Megan's Wish partners with QUB on scoliosis study

Megan's Wish logo.
Megan's Wish logo.

Carrickfergus-based charity Megan's Wish is partnering with Queen's University Belfast for a research project on scoliosis.

The charity was originally set up to raise funds towards treatment for Carrick teenager Megan Fleming, who has scoliosis.

The organisation now supports those across the province living with the condition, which causes a sideways curvature of the spine.

Young people aged 10-25 with a diagnosis of idiopathic scoliosis (idiopathic means without a known cause) are being asked to take part in the project.

"This is part of the reason why we formed the charity - to give our youth a voice," a post on the Megan's Wish Facebook page read.

"We are one of several organisations who have come together to support the research and in turn shape the future treatment of scoliosis.

"We are currently inviting young people with scoliosis to take part in Young Person Advisory Groups. This is a huge opportunity for your CV and there is free pizza and a voucher for each workshop attended."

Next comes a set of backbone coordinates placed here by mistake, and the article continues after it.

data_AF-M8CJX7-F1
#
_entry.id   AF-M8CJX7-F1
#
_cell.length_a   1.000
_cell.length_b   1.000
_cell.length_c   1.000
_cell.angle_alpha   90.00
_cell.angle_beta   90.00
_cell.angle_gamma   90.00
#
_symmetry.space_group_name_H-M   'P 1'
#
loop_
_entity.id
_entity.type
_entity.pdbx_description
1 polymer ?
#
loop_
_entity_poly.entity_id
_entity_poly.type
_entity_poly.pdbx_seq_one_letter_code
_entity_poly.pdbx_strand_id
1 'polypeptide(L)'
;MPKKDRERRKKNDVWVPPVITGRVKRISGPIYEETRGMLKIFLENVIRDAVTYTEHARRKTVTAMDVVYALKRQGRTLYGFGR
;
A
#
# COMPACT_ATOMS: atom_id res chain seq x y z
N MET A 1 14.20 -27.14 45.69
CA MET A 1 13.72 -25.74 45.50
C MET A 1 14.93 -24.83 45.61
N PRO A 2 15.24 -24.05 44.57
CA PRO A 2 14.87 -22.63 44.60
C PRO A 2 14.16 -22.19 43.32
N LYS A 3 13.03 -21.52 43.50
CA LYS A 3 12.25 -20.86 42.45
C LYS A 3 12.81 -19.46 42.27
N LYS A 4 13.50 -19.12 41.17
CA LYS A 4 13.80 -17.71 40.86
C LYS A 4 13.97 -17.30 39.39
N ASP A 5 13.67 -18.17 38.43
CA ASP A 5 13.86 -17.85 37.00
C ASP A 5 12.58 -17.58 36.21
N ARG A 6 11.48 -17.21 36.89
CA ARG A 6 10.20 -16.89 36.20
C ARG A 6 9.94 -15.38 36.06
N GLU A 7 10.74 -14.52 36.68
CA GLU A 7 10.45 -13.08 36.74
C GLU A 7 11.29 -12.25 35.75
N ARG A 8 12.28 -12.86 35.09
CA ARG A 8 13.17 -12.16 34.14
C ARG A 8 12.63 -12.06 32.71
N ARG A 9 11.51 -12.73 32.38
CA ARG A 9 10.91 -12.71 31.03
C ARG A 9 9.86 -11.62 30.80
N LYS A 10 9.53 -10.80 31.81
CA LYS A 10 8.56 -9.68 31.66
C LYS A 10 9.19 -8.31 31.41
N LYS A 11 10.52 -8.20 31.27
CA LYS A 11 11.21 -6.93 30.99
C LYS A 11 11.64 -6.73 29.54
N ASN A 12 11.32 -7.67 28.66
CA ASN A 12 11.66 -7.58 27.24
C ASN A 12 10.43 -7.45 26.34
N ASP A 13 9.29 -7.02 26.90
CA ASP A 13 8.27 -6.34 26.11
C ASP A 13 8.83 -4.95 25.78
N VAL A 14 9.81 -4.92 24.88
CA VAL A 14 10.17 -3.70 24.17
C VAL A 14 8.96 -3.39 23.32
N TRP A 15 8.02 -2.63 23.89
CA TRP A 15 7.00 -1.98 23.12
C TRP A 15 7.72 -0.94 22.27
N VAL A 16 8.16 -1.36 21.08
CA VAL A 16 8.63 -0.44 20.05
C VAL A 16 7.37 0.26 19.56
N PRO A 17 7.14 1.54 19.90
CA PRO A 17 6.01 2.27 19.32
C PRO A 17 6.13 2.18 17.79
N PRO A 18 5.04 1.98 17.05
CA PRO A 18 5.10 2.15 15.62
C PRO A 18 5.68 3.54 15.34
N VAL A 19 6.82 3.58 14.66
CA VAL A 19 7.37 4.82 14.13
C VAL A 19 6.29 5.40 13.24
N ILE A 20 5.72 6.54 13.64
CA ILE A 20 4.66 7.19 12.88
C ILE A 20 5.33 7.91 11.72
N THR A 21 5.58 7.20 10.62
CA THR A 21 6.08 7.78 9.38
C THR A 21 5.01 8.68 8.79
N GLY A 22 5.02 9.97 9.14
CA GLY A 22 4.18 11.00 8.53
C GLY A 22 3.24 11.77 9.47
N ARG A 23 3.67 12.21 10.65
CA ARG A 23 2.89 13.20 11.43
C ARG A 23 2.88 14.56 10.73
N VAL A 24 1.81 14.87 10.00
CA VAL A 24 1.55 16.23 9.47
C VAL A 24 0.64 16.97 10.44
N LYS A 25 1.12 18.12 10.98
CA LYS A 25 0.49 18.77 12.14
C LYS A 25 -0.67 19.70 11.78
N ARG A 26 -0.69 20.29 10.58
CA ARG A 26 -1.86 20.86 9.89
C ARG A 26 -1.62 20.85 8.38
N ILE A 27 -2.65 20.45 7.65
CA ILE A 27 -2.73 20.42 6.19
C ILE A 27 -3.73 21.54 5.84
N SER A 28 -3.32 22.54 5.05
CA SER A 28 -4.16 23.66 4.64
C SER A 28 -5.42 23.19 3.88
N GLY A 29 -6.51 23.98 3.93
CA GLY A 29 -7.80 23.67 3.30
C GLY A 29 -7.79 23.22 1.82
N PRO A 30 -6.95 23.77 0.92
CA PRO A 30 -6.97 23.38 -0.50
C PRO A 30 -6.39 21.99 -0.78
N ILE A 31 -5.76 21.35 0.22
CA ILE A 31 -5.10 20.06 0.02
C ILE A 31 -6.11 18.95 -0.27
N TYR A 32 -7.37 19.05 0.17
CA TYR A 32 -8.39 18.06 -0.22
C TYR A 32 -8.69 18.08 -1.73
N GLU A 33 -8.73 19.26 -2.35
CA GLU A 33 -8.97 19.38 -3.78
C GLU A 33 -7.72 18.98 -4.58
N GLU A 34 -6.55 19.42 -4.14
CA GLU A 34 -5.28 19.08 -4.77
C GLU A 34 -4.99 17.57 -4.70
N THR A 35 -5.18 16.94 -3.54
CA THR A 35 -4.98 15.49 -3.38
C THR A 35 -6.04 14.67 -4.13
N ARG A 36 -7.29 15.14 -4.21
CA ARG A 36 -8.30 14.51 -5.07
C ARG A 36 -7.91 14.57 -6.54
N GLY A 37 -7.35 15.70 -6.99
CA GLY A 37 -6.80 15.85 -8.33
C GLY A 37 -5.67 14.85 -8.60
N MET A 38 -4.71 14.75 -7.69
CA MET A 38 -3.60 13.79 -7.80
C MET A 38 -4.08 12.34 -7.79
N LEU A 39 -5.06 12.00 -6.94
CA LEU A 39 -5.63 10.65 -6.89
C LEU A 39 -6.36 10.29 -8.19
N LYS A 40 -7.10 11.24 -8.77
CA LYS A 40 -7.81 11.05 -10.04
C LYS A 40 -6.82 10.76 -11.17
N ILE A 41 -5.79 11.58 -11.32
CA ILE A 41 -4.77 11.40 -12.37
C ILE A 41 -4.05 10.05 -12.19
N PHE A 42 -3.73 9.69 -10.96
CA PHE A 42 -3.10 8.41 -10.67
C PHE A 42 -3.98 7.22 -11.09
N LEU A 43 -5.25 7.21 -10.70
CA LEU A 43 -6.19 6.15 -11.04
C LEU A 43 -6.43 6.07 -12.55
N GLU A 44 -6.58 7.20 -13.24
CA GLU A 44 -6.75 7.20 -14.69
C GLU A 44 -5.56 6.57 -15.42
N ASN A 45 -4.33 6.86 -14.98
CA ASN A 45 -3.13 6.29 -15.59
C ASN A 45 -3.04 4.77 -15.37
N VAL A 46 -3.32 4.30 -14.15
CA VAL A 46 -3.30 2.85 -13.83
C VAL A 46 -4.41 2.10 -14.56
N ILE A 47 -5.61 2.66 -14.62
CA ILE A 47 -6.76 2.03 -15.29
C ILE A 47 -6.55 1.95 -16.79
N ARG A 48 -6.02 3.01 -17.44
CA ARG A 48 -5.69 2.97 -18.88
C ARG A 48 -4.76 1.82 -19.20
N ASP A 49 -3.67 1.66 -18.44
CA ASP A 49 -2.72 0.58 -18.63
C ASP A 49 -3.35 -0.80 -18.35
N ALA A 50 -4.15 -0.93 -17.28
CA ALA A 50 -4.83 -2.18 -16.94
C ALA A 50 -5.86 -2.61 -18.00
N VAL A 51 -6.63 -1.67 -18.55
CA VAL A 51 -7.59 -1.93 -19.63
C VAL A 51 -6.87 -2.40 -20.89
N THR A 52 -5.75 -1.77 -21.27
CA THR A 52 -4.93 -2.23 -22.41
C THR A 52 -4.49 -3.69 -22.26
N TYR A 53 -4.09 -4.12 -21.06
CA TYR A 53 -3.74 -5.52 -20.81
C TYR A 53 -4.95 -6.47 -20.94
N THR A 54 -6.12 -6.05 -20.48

The School of Psychology at Queen's is starting the two-year research project, called SPINE-COS-AYA, to explore the best way of measuring if treatment has worked for scoliosis.

It is being led by Lisa Graham-Wisener and Paul Toner, who are Lecturers in Health Psychology at the univeristy.

"It is important that all healthcare staff and researchers measure if treatment has worked for scoliosis in the same way. To do this, we have to agree what is most important to measure. This is called an outcome set," said Dr Graham-Wisener.

"The project will involve looking at what young people, their families and healthcare staff think is important. This research is funded by the British Scoliosis Research Foundation.

"We are inviting young people with idiopathic scoliosis to join our research team as collaborators. Idiopathic scoliosis is the most common type of scoliosis, which is scoliosis without a known cause."

"[Participants] must be living in Northern Ireland and able to travel to Belfast for meetings. We are inviting young people who are currently, or have in the past received treatment for their scoliosis. This could include observation, wearing a brace or surgery."

For more information on the project, contact Megan's Wish or Dr Graham-Wisener on l.graham-wisener@qub.ac.uk/telephone 02890974871.